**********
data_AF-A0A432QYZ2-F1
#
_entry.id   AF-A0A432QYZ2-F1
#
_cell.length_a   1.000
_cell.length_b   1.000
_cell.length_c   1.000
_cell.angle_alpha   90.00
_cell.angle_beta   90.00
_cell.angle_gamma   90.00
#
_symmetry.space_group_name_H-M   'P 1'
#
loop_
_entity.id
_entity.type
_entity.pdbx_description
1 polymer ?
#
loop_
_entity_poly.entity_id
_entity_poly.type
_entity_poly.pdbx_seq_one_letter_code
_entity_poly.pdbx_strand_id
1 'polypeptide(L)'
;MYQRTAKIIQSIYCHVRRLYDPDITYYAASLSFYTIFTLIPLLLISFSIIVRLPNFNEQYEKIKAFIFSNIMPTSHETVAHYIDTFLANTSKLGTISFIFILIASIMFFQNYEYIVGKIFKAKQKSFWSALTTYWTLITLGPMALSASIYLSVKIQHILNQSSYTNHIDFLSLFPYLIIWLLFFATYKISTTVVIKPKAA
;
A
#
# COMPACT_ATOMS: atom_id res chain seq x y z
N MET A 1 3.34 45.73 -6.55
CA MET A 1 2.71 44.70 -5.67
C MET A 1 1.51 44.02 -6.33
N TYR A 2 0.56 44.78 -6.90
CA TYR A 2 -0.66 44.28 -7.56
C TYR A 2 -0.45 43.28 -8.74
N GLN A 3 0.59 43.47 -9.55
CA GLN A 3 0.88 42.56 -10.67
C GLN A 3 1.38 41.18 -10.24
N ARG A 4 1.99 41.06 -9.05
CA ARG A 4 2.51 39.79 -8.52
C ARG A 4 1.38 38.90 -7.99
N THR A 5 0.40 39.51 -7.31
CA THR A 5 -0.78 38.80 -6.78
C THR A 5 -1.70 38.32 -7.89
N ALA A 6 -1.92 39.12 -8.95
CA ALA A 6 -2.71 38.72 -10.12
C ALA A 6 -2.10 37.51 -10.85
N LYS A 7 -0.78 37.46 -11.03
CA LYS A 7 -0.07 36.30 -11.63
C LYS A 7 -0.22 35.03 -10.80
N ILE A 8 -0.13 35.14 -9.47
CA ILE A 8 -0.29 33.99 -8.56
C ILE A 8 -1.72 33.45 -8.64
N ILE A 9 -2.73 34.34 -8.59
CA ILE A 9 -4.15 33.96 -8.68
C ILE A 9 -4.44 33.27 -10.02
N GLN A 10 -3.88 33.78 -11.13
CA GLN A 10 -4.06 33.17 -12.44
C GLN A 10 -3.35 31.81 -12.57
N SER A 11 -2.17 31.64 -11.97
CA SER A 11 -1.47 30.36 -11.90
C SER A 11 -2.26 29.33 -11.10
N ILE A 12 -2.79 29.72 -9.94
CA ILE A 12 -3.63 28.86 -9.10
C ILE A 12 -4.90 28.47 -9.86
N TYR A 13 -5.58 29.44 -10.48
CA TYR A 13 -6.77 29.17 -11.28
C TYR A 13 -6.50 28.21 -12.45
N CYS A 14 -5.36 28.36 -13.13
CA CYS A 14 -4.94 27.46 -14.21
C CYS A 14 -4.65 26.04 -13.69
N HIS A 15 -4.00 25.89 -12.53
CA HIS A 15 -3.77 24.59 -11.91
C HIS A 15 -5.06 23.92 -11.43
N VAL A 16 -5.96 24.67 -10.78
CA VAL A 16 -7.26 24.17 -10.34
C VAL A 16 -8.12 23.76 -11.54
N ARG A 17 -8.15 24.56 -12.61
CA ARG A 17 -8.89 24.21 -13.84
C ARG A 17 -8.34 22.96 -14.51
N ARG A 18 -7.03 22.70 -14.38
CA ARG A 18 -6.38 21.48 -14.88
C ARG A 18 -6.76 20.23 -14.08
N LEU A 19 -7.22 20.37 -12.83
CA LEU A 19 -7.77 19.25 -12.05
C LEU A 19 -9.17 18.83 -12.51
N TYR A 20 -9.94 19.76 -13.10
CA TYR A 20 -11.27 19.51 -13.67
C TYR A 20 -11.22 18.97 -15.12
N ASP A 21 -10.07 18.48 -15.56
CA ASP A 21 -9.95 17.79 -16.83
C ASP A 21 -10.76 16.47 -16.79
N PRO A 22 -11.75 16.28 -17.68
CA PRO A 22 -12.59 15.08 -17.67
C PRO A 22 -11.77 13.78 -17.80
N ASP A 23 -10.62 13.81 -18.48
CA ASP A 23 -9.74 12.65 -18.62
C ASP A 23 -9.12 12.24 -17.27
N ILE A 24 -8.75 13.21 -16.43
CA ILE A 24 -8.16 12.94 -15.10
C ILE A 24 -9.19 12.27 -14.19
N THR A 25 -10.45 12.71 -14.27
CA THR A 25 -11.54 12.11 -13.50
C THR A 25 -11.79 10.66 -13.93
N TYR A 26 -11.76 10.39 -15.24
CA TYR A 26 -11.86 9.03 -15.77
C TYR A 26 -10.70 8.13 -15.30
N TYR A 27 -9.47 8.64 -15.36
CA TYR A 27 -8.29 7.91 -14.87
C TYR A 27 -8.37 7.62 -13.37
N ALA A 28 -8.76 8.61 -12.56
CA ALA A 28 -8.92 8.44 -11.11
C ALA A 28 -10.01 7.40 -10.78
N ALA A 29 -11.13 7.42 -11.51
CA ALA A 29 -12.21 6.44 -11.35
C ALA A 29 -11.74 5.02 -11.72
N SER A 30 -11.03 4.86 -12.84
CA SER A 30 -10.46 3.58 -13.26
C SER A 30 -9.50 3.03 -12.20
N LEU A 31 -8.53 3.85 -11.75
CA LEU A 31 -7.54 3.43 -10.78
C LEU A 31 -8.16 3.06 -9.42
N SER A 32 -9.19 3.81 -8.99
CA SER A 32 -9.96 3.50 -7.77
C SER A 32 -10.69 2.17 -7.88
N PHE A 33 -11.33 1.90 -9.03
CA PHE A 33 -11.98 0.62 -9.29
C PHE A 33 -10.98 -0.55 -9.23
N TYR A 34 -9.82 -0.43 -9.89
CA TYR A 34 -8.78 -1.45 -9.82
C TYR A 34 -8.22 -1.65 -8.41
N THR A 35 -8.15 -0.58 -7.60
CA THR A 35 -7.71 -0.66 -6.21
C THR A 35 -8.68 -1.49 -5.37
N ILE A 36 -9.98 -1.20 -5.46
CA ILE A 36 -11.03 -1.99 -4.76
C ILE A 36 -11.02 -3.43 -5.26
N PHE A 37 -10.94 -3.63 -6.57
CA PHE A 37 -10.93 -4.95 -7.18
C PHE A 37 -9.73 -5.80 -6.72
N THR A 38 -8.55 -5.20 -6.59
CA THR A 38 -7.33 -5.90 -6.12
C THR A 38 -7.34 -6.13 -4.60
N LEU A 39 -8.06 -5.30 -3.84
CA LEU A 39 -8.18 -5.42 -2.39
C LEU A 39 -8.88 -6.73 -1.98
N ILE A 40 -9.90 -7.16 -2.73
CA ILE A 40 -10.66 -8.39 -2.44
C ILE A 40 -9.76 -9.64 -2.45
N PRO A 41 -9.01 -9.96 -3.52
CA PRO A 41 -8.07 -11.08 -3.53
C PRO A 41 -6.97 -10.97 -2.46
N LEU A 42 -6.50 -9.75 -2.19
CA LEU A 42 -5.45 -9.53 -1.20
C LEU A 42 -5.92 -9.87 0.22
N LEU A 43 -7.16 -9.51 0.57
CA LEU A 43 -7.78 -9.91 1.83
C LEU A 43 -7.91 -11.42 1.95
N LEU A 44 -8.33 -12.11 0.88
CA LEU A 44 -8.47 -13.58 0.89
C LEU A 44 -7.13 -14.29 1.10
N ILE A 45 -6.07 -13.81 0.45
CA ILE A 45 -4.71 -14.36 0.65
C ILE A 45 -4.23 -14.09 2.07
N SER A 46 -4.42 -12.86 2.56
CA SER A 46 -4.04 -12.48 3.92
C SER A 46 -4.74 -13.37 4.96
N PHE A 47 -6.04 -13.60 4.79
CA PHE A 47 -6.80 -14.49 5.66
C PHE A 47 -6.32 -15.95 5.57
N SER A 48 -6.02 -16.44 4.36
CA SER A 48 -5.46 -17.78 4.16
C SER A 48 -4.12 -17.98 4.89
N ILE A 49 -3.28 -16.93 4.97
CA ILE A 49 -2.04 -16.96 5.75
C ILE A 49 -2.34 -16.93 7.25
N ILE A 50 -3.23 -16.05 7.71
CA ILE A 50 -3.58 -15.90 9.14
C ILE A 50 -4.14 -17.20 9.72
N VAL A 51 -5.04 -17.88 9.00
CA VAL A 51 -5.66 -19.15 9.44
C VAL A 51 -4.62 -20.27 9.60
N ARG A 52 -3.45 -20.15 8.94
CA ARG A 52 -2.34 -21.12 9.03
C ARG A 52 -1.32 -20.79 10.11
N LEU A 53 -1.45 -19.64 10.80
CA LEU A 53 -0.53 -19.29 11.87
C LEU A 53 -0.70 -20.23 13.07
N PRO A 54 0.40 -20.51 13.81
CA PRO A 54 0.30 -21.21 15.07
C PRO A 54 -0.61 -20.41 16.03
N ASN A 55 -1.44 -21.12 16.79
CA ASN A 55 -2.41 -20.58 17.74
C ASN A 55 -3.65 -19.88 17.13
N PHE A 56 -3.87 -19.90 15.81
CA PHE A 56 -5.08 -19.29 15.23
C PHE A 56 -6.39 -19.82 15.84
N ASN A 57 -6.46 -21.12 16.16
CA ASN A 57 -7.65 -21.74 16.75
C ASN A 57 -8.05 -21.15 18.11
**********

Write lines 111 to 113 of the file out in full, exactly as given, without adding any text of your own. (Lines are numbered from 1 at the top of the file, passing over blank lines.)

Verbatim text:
C TYR A 27 -8.37 7.62 -13.37
N ALA A 28 -8.76 8.61 -12.56
CA ALA A 28 -8.92 8.44 -11.11